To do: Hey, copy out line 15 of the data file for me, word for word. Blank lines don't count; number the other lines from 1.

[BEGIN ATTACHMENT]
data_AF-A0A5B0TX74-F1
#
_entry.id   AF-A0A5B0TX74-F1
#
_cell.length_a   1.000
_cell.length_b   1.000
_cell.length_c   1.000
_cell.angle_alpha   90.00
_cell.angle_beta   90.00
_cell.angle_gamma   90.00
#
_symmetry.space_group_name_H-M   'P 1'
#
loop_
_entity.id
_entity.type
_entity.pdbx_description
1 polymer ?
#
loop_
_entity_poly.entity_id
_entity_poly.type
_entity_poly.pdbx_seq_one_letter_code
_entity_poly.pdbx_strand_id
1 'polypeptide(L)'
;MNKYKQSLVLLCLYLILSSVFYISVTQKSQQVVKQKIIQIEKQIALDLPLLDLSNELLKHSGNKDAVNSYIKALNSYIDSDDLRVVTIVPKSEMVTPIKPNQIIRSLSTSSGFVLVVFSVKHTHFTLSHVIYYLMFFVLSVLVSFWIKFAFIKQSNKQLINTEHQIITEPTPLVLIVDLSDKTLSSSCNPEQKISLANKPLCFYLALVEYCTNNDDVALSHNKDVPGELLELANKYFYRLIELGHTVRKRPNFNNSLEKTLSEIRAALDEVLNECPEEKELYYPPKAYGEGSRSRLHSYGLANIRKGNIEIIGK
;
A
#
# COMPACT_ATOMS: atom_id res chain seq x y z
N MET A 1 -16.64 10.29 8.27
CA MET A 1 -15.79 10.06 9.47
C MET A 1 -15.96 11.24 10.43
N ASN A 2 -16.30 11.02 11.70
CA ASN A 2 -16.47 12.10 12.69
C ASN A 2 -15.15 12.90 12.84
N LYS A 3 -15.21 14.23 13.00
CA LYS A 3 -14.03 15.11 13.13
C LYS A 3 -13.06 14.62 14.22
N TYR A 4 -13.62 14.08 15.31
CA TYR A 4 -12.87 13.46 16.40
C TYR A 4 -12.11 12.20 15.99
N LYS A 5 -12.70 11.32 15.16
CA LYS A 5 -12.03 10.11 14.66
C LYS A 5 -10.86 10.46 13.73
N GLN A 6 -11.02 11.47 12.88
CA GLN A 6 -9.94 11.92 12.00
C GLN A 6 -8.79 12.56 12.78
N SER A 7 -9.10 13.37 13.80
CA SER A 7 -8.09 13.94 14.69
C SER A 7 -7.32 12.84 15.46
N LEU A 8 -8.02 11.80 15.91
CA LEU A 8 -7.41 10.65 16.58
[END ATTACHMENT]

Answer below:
_entity.id